Support for LAist comes from
Made of L.A.
Stay Connected

Share This

This is an archival story that predates current editorial management.

This archival content was written, edited, and published prior to LAist's acquisition by its current owner, Southern California Public Radio ("SCPR"). Content, such as language choice and subject matter, in archival articles therefore may not align with SCPR's current editorial standards. To learn more about those standards and why we make this distinction, please click here.


More Angelenos Riding Buses, Boarding Trains Thanks to Smartphone Technology

Photo by Non Paratus via the LAist Featured Photos Pool via Flickr
Support your source for local news!
The local news you read here every day is crafted for you, but right now, we need your help to keep it going. In these uncertain times, your support is even more important. Today, put a dollar value on the trustworthy reporting you rely on all year long. We can't hold those in power accountable and uplift voices from the community without your partnership.

More people are taking public transportation in Los Angeles, partly in response to Mayor Villaraigosa's push for dependable mass public transit and Metro's newly implemented Expo line, which opened two new stations last June.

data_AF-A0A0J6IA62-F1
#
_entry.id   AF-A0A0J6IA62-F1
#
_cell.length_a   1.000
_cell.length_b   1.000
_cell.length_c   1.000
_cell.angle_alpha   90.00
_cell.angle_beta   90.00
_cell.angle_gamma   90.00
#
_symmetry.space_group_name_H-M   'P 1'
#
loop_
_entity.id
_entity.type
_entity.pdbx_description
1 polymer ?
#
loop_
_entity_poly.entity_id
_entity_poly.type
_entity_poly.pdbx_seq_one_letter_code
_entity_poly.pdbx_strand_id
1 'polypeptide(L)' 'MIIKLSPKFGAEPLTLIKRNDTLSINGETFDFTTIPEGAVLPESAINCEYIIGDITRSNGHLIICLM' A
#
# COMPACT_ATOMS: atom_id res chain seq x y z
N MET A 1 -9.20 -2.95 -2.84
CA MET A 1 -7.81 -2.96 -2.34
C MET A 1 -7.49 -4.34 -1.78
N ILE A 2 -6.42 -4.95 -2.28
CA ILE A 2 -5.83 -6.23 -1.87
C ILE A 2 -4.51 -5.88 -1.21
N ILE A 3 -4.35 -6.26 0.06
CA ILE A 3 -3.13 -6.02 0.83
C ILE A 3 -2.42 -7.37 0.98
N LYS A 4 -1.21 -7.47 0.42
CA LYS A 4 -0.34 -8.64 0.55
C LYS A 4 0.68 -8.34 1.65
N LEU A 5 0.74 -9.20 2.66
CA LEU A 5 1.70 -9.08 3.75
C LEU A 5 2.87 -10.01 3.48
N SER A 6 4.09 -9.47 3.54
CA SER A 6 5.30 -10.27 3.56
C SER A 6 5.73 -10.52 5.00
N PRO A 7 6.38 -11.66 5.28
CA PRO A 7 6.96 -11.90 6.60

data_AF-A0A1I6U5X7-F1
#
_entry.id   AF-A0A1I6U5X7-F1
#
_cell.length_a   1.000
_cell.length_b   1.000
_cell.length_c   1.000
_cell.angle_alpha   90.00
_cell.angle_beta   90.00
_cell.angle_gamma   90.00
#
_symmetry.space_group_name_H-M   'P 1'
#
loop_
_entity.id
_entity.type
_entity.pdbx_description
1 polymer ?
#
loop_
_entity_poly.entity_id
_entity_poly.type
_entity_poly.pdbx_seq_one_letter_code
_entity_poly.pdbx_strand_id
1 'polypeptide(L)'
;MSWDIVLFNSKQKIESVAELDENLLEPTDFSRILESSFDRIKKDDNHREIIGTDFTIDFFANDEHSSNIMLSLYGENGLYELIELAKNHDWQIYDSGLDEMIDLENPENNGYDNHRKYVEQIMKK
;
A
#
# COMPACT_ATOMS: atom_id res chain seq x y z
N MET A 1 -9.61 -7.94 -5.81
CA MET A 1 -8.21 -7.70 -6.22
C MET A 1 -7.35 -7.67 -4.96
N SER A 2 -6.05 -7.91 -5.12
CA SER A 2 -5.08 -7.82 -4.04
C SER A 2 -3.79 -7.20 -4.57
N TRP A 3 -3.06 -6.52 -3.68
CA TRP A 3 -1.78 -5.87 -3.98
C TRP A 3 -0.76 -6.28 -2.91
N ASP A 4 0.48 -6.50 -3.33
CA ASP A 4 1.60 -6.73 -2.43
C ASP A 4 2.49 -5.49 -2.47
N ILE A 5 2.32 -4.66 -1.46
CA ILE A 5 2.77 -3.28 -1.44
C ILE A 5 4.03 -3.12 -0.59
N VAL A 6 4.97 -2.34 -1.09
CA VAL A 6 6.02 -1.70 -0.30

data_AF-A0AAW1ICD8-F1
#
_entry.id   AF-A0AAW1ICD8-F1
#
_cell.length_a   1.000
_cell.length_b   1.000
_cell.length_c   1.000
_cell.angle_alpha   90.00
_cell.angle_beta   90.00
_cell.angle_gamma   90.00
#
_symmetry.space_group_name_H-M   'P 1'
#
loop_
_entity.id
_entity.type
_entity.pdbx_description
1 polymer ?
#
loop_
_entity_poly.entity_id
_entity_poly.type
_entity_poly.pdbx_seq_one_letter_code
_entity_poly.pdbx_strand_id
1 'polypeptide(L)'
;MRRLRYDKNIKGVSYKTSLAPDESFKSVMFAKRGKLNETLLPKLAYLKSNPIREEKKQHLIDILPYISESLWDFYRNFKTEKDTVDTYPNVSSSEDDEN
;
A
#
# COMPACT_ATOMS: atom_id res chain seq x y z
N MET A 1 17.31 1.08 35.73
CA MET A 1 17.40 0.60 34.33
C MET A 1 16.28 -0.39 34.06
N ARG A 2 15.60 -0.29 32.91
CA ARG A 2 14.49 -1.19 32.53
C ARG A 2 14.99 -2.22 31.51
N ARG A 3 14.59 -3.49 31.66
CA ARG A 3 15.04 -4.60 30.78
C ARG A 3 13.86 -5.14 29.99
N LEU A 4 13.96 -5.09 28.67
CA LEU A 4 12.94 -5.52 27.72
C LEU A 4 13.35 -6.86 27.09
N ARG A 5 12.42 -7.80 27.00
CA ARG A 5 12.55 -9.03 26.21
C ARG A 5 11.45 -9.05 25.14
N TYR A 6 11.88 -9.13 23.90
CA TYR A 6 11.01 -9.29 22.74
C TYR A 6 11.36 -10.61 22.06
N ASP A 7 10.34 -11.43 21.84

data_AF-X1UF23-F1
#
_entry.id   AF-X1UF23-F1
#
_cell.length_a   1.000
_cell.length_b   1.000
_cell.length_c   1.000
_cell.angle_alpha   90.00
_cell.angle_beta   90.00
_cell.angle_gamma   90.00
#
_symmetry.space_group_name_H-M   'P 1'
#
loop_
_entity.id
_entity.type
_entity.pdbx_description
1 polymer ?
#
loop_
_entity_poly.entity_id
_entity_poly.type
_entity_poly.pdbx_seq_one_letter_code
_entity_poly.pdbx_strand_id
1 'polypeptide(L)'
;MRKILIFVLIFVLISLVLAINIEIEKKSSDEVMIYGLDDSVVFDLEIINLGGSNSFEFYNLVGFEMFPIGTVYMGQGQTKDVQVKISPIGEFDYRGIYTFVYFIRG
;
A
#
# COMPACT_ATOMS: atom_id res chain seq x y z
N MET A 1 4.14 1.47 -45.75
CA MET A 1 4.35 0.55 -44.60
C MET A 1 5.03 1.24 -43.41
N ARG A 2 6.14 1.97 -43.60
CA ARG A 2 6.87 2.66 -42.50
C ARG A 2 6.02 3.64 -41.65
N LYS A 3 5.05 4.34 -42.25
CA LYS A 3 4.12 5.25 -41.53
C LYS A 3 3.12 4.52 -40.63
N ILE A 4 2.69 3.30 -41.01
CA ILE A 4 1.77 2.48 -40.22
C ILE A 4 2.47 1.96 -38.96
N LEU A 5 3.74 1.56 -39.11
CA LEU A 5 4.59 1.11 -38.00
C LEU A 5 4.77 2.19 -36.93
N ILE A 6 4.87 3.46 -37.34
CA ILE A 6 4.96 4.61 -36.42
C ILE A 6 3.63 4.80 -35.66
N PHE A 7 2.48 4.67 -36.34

Other reasons for the upswing in ridership, according to Metro, include fluctuating gas prices and the public's increasing demand for cost and time-efficient means of getting from point A to B.

Collectively, Metro rail ridership increased by 1.8 million total boardings from October 2011 to October 2012, notching a total 23% surge throughout Los Angeles County.

L.A. County buses are also serving a higher level of riders--1.19 million on a given weekday, which registers as 2.1% increase in ridership from October 2011.

Support for LAist comes from

Metro attributes smartphone technology and convenient apps like "NextBus," that show riders when their buses arrive to the upswing in ridership. Riders can also follow Metro service alerts on Twitter to eliminate idle waiting time.

Statistics supplied by Metro are a positive indication that Angelenos value dependable public transport, even after Measure J--the proposed extension of a half-cent sales tax to fund more comprehensive transit infrastructure, failed to get the two-thirds majority to pass, despite garnering 65% of the vote.

Most Read